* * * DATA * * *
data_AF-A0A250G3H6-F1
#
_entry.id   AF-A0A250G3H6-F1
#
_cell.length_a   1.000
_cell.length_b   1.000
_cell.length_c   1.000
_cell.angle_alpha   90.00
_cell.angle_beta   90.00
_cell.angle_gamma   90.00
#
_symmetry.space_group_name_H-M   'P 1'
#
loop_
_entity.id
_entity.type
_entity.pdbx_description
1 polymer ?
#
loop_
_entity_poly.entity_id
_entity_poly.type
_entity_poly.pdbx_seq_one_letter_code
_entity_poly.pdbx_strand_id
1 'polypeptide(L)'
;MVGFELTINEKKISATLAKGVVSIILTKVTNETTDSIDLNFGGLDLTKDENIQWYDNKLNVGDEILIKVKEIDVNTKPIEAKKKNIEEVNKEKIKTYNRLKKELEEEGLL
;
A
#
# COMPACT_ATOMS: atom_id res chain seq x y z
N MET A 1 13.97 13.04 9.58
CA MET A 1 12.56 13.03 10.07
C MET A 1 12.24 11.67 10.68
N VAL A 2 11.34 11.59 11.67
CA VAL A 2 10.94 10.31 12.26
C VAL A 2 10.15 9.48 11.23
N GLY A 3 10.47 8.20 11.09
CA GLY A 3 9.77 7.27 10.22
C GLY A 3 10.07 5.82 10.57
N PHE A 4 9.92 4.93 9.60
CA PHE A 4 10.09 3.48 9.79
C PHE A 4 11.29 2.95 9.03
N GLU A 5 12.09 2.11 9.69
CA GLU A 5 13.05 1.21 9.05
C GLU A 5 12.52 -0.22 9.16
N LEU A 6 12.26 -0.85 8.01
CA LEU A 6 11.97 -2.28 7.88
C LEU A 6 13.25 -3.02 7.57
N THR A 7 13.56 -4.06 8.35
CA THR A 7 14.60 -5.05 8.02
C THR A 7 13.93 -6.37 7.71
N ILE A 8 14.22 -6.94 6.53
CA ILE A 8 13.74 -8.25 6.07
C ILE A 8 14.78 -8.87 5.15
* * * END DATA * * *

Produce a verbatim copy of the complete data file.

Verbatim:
data_AF-A0A250G3H6-F1
#
_entry.id   AF-A0A250G3H6-F1
#
_cell.length_a   1.000
_cell.length_b   1.000
_cell.length_c   1.000
_cell.angle_alpha   90.00
_cell.angle_beta   90.00
_cell.angle_gamma   90.00
#
_symmetry.space_group_name_H-M   'P 1'
#
loop_
_entity.id
_entity.type
_entity.pdbx_description
1 polymer ?
#
loop_
_entity_poly.entity_id
_entity_poly.type
_entity_poly.pdbx_seq_one_letter_code
_entity_poly.pdbx_strand_id
1 'polypeptide(L)'
;MVGFELTINEKKISATLAKGVVSIILTKVTNETTDSIDLNFGGLDLTKDENIQWYDNKLNVGDEILIKVKEIDVNTKPIEAKKKNIEEVNKEKIKTYNRLKKELEEEGLL
;
A
#
# COMPACT_ATOMS: atom_id res chain seq x y z
N MET A 1 13.97 13.04 9.58
CA MET A 1 12.56 13.03 10.07
C MET A 1 12.24 11.67 10.68
N VAL A 2 11.34 11.59 11.67
CA VAL A 2 10.94 10.31 12.26
C VAL A 2 10.15 9.48 11.23
N GLY A 3 10.47 8.20 11.09
CA GLY A 3 9.77 7.27 10.22
C GLY A 3 10.07 5.82 10.57
N PHE A 4 9.92 4.93 9.60
CA PHE A 4 10.09 3.48 9.79
C PHE A 4 11.29 2.95 9.03
N GLU A 5 12.09 2.11 9.69
CA GLU A 5 13.05 1.21 9.05
C GLU A 5 12.52 -0.22 9.16
N LEU A 6 12.26 -0.85 8.01
CA LEU A 6 11.97 -2.28 7.88
C LEU A 6 13.25 -3.02 7.57
N THR A 7 13.56 -4.06 8.35
CA THR A 7 14.60 -5.05 8.02
C THR A 7 13.93 -6.37 7.71
N ILE A 8 14.22 -6.94 6.53
CA ILE A 8 13.74 -8.25 6.07
C ILE A 8 14.78 -8.87 5.15